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A women was awarded $12 million by a Philadelphia jury in a terminal breast cancer suit against her two doctors who allegedly did not diagnose the cancer before it had progressed to a terminal stage.

According to the plaintiffs attorney, Donna Lee Jones, one of the doctors settled before the trial, but the jury found that the doctor who settled was still 35% responsible for his failure to diagnose the breast cancer. The plaintiff’s attorney stated that her client, Angela Sutherlin, can recover up to 65% of the verdict, which is %7.8 million from the doctor who decided not to settle, Arthur D. Magliner. A 12-member jury came up with the unanimous verdict after a weeklong trial in Philadelphia.

According to court papers, Sutherlin had a screening mammography in June 2003 in a Fox Chase mobile unit. The suit alleged that, due to Sutherlin’s history of breast problems, including a bloody discharge from her nipple that required a prior biopsy, she was not a proper candidate for a “screening” test in the mobile unit and instead should have undergone a “diagnostic” test.

Magilner stated that Sutherlin’s questionnaire, which was completed by technicians, did not mention Sutherlin’s surgical history or that she had gone through breast reduction surgery in 2000. The lawsuit alleged that Magilner’s report falsely described a “dilated duct” that was “unchanged” and suggested a follow-up test in one year.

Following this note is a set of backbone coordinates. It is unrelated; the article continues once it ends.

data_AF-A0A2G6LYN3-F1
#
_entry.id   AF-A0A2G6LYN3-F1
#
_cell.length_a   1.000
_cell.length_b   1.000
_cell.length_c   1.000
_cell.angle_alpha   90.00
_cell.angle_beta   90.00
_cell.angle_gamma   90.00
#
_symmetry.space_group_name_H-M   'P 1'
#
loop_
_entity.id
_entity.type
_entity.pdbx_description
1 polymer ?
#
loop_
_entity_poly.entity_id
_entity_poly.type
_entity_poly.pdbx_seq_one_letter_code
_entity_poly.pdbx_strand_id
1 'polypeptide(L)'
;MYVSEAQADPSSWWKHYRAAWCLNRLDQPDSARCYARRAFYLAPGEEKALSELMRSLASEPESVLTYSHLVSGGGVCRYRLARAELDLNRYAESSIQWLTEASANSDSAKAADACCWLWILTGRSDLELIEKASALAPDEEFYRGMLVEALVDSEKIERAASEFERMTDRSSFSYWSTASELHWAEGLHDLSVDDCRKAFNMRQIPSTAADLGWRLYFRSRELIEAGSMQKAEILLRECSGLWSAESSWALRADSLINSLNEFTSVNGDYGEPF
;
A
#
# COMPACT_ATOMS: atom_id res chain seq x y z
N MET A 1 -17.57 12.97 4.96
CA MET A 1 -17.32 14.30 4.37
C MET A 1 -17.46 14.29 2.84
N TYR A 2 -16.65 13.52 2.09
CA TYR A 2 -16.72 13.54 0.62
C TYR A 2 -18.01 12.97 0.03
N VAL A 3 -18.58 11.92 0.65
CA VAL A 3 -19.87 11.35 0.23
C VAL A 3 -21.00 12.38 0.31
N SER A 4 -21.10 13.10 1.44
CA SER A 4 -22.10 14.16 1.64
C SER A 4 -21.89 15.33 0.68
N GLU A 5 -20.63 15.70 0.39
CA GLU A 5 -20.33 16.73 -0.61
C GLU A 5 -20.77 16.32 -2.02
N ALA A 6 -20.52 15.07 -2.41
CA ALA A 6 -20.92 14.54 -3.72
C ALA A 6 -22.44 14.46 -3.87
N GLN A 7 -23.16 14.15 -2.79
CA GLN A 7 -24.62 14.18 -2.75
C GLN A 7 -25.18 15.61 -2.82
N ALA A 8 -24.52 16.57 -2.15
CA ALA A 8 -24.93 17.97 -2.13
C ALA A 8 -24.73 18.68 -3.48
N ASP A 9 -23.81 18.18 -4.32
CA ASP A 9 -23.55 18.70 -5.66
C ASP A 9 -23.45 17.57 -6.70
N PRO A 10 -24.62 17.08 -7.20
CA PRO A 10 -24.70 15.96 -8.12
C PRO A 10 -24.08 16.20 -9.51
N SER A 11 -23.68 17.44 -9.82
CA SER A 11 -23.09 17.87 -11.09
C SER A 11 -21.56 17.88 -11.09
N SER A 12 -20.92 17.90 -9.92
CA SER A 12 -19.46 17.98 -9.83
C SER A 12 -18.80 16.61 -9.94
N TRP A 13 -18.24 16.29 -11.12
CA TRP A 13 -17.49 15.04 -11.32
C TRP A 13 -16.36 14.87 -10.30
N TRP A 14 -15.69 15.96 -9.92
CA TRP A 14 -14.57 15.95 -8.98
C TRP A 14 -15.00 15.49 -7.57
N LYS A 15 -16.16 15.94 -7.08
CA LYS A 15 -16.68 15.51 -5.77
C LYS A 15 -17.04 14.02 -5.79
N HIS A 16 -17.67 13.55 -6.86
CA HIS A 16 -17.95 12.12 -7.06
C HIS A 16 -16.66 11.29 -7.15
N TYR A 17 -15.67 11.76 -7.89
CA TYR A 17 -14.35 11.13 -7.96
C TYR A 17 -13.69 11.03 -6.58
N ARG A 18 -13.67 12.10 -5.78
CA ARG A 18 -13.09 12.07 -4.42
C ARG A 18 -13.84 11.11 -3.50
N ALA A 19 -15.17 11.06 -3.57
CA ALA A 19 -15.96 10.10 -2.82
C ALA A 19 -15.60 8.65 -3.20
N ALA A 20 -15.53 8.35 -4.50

But Jones argued that a comparison of Sutherlin’s 2001 and 2003 mammograms revealed that his report from the 2001 test did not mention of a dilated duct. She stated that Magliner missed the change in her left ductal prominence, which is where a lump and her cancer developed.

The suit alleged that when Sutherlin had another mammogram in March 2004 at the Albert Einstein Medical Center, another doctor, Susan Summerton, interpreted the films and noted “several small nodular densities,” but found that they “remain stable compared to prior studies.” But the suit alleged that no nodular densities had been noted in the prior report, and that Summerton therefore should not have labeled the finding as benign.

The second doctor, like Magliner, did not diagnose Sutherlin’s breast cancer when it was in the curable Stage 1 and would have only required a mastectomy. Jones and Summerton settled before trial began.

Sutherlin’s surgery was unsuccessful due to the fact that the cancer metastasized her bones and organs and she is only receiving palliative care. But her attorney states that even the high-dose narcotics cannot control her pain.

Before the trial Jones was only demanding $2 million from the doctors, which was the combined limit for their insurance policies, and warned if a jury found them guilty the amount would be much larger. Magliner only offered a $125,000 settlement and chose to go to trial.

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